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        Foreword
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The importance of preparing and planning for a catastrophic incident the size and scope of a nuclear detonation cannot be overemphasized.123 The range of issues to be faced, including the physical, medical, psychological, legal, ethical, and economic consequences is daunting, but addressable. The Scarce Resources for a Nuclear Detonation Project builds on the groundwork and extraordinary efforts of many experts within4 and outside government.12 The approach to a nuclear threat involves prevention by control of nuclear material, detection, interdiction, render-safe, response, recovery, and resilience.

The magnitude of destruction possible from state-sponsored devices during the Cold War led to a sense of futility for civilian preparation. Since the Civil Defense planning era 50 to 60 years ago, there was little formal planning for nuclear detonation response until the events of September 11, 2001, and their aftermath. The scale of destruction of a terrorist nuclear attack pales in comparison to the apocalyptic visions of a nuclear exchange between national superpowers. Thoughtful planning is not futile and can substantially mitigate health consequences of a nuclear attack.

This issue of Disaster Medicine and Public Health Preparedness represents an effort by subject-matter experts from government, academia, and the private sector to do the following:

  • 1. Describe the physical environment and the casualty situation after a 10-kiloton nuclear detonation56

  • 2. Discuss the imbalance between resources and demand that produce the scarce-resources setting67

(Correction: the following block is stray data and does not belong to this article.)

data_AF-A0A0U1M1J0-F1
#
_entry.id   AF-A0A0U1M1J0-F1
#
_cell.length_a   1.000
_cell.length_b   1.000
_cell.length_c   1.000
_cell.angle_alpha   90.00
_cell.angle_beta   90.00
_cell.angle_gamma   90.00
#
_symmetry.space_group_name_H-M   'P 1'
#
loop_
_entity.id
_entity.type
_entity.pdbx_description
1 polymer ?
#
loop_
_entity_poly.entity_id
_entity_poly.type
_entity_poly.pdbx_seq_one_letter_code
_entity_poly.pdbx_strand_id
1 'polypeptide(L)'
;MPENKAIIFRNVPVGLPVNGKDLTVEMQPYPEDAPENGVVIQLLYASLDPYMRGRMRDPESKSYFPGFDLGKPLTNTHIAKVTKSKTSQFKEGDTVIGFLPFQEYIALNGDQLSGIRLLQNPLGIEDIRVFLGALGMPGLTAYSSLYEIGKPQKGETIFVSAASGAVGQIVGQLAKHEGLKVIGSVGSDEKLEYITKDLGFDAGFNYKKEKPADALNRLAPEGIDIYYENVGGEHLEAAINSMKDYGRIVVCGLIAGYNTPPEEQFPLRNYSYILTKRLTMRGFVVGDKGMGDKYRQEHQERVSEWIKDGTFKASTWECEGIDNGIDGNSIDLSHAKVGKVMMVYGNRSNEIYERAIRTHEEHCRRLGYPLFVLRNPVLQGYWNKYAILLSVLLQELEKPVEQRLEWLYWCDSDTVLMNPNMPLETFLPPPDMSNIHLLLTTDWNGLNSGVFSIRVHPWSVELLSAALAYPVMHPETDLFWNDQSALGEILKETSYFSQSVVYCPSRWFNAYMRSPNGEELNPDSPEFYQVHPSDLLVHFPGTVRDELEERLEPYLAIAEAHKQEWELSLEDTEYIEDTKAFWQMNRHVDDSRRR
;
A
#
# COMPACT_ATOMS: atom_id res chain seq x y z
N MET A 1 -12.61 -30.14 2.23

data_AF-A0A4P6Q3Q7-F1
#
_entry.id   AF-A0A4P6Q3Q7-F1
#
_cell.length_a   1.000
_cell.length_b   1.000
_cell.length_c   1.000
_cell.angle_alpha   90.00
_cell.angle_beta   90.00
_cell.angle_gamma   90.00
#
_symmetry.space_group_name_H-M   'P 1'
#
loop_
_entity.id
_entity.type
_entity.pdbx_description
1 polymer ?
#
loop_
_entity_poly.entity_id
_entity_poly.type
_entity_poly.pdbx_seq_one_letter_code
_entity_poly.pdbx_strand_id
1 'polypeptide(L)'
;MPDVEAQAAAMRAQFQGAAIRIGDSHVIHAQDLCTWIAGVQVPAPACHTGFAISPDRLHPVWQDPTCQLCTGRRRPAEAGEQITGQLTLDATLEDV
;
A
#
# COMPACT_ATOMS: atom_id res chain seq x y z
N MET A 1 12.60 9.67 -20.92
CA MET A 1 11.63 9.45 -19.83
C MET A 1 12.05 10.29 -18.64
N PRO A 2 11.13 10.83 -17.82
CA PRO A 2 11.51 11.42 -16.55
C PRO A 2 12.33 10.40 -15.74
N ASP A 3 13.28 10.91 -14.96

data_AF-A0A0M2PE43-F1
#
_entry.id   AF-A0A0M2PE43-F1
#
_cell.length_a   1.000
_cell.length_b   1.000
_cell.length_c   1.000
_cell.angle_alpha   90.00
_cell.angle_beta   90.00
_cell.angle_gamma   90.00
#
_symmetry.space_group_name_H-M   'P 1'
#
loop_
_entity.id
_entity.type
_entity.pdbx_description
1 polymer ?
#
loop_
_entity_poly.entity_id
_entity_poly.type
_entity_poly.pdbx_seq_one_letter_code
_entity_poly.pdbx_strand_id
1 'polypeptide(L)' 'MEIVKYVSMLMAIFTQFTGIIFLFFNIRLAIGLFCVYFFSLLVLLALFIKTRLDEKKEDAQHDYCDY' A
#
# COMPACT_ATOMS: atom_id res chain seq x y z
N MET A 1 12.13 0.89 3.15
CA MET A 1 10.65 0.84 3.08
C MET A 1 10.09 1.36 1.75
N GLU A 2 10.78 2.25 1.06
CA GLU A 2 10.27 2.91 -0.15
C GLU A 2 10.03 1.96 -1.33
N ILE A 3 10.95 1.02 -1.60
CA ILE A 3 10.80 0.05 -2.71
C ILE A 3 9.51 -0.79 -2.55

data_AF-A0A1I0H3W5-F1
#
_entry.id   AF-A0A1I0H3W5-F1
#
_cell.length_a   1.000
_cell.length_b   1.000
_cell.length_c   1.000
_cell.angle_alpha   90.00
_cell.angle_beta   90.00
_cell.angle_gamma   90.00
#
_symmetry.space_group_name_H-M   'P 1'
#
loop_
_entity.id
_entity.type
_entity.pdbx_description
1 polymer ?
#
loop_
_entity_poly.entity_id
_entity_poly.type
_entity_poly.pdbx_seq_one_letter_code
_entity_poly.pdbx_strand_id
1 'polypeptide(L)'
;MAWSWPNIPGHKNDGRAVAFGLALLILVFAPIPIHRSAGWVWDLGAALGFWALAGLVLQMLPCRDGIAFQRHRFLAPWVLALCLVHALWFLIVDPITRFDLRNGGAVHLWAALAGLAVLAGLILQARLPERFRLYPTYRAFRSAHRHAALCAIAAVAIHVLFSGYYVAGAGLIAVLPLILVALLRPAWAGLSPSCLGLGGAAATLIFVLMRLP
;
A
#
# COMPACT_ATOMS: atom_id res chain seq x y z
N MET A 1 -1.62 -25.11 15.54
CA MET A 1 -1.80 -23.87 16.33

• 3. Present supporting information and background material on acute radiation syndrome and medical care issues to help facilitate an effective response5

  • 4. Address the ethical, legal, psychological, and systemic challenges and the importance of both lifesaving and palliative/comfort care178910

  • 5. Provide measures that the overall medical system can take to prepare and respond to the scarce-resources setting, including a sample playbook for state and local planners to consider using711

  • 6. Define an approach (based on the new model of resource and time-based triage12) to medical care and triage in the extreme scarce resources environment that would follow in the initial 4 days after a detonation

  • 7. Provide practical guidance and a tool for use by planners and responders in triage victims. Although we recognize that it may have negative aspects especially because self/buddy-help and resilience are keys to the most effective societal response, the term victim is used throughout this issue as consistent with the terminology in the Planning Guidance for a Nuclear Detonation.4Casualty is used for people who are physically injured, but many more people will be affected and “victim” applies to all of those affected.13

There are no perfect solutions to these issues, but we hope that these manuscripts will stimulate thoughtful discussion and debate and additional research and development efforts.